Good news on the wealth front
One of Connecticut’s favorite sports is teeth-grinding over our loss of wealth. We’re in the majors.
It’s a great game because you can set up a billionaire fantasy league — will Karen Pritzker leave? When will Ray Dalio break $20 billion? — and also look at the big picture.
We’ve got the Red Sox and the Yankees: One side says Connecticut sucks, everyone is leaving for great places like Boston and Florida. The other side is true blue, taking losses in stride and believing our yankee roots will keep our super-rich at home.
We’ve had some good news lately in Connecticut in both the billionaires fantasy league and the big picture.
First, the Forbes list of the 400 richest Americans shows nine Connecticut members, up from seven one year ago. The list, which came out last week, shows four new Connecticut names including Vince McMahon of Greenwich, whose WWE wrestling empire has gained stock value.
Among the two who exited the list, yes, it’s true dear cynics, Paul Tudor Jones II departed for Florida. But Peter Buck, the Subway restaurant co-founder, simply dropped down to the poorhouse — $1.5 billion. The cutoff for this club is $2.1 billion.
At the very top of the list, Amazon founder Jeff Bezos skyrocketed to $160 billion, leaving longtime former No. 1 Bill Gates in the dust at $97 billion. Both took a hit in Wednesday’s stock market bloodbath but save your donations for the truly needy.
In Connecticut, Ray Dalio, the iconoclastic Bridgewater Associates hedge fund founder, moved to the Top 25 at $18.1 billion, up from $17 billion and No. 26 last year. Steve Cohen the Greenwich hedge founder who recently regained the right to manage other people’s money, held firm at $13 billion, the No. 36 spot in the nation.
At stake in all this, the reason we care, is that Connecticut’s government, as you may have heard, is broke — facing a shortfall of $2 billion in the fiscal year that starts next July 1. If we could finagle a very small increase in the state income tax for the very, very richest residents, we could help make ends meet.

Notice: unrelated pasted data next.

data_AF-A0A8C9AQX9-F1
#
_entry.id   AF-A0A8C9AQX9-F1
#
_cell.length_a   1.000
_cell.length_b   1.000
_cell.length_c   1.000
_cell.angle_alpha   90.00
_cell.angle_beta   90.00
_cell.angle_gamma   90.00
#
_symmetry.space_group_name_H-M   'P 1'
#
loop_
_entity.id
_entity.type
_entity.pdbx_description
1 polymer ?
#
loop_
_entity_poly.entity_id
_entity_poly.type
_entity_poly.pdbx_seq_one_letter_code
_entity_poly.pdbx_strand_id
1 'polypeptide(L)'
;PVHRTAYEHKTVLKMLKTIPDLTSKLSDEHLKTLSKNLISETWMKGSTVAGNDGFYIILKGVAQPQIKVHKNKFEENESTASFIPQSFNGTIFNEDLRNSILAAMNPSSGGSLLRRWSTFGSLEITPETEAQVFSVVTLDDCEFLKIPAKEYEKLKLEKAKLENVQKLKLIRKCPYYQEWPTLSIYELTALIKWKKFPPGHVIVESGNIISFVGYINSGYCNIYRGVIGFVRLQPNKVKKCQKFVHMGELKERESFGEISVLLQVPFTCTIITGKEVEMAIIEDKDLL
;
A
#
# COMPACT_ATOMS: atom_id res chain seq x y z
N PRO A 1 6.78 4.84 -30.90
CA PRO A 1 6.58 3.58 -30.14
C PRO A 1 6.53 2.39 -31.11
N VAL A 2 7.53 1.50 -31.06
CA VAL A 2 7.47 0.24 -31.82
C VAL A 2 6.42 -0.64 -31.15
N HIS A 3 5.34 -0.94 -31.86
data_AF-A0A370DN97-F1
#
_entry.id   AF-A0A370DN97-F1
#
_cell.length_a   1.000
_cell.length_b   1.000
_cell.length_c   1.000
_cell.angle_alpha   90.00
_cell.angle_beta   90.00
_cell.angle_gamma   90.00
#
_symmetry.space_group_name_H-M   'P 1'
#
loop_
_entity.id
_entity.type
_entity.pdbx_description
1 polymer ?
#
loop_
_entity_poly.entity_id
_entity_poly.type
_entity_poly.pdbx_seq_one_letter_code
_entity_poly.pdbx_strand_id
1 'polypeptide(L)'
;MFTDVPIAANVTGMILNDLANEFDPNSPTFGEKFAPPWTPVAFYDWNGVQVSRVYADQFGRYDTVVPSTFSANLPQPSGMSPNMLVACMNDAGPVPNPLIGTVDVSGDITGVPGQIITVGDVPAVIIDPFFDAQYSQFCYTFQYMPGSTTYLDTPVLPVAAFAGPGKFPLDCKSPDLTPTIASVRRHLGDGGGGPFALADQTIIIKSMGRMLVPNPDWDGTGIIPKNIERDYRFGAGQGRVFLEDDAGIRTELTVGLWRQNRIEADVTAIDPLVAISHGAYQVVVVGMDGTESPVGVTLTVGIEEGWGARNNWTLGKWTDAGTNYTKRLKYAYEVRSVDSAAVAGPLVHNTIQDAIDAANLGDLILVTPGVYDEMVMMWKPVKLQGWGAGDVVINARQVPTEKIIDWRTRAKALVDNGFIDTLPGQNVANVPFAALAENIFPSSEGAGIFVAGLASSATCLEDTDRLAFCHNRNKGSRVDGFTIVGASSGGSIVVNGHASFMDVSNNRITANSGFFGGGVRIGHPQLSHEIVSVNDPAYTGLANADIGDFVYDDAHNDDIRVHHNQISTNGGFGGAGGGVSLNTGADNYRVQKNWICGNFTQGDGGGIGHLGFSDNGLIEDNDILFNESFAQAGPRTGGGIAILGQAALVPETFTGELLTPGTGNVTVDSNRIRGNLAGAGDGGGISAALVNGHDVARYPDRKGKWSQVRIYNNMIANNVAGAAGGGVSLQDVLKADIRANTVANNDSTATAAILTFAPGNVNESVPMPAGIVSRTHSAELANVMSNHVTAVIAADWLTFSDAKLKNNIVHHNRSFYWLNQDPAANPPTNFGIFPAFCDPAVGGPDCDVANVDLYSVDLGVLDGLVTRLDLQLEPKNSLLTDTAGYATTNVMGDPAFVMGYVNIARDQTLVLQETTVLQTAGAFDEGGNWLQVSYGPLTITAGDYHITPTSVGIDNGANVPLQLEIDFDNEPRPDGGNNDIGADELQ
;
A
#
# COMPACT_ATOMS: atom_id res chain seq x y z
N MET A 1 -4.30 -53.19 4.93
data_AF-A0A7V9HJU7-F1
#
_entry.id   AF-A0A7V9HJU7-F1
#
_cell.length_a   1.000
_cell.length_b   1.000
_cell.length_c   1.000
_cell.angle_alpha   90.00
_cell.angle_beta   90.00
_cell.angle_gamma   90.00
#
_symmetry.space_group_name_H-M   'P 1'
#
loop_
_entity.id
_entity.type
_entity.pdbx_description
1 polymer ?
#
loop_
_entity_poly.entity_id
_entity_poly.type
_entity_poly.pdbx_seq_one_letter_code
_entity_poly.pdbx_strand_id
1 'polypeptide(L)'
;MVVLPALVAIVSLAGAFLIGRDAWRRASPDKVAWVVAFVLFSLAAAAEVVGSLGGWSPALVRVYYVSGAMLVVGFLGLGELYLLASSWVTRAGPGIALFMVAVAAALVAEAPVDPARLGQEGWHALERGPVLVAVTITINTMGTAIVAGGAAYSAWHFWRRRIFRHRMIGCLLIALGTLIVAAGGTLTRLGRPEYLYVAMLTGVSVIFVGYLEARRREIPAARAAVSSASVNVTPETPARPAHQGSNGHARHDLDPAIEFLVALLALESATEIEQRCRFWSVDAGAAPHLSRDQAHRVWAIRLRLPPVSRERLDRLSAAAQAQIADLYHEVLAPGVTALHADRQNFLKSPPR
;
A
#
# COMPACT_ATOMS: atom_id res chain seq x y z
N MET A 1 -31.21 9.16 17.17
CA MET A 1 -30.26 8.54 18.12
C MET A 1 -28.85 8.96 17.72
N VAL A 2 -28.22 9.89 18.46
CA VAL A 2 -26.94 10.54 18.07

That of course would drive some of them to Florida, where they’re probably headed anyway, and we could be worse off. I’m sure we can cut a deal involving foot-long sandwiches, forested Westport hedge fund campuses and parties on the Thimble Islands — but that’s for another day.
As for the big-picture, here’s the headline: Connecticut’s status as the richest state is solid and safe. Year after year, including the most recent data released in late September, shows out lead is unchallenged.
The richest state? We’re not talking about how the typical family is faring; that would be Maryland in most years. For pure wealth, we’re talking about total income, just north of $250 billion, divided by the total number of men, women and children who live in the state.
That number was over $71,000 in only one state in 2017: Connecticut.
Our $71,823 was more than $20,000 ahead of the nation’s per-capita income in 2017. That’s right where we were five years ago and bigger than the $15,000 difference we had in 1998, adjusted for inflation.
Our lead over No. 2 Massachusetts has slipped. Credit the spectacular gains in metro Boston. We led by $4,193 in 2017, down steadily from a head-spinning $9,112 in 2010, as the recession wreaked havoc. But from the late-90s until 2005, the Connecticut lead ranged from $4,500 to $5,500.
It’s the super-rich that keep us on top in the richest-state sweepstakes. Down the line, Connecticut isn’t keeping up with the nation in overall income gains. For example, we’re still strong but falling compared with the rest of the nation in median household income, the broadest measure of prosperity for typical families.
So the rich matter. Some flee Connecticut with a loud roar, like Eddie Lampert, the investor who took his ESL and Sears Holdings fortune to Florida six years ago.
But more quietly, some stay here and nurture their wealth, and their state. This year’s Forbes 400 list adds Bradley Jacobs, whose logistics firm has made three billionaires, and sisters Alexandra Daitch and Lucy Stitzer, heirs to the Cargill fortune.
Then there’s David Stemerman, who liquidated a $1.6 billion hedge fund in 2017, less than a decade after he founded it, to run for governor. I asked Stemerman if he intended to stay if he lost the Republican primary, which he did.
His answer: Yes, at least until the last of his five children are grown. That, in one household, is the story of why Connecticut’s status as the richest state remains unthreatened despite years of lagging growth.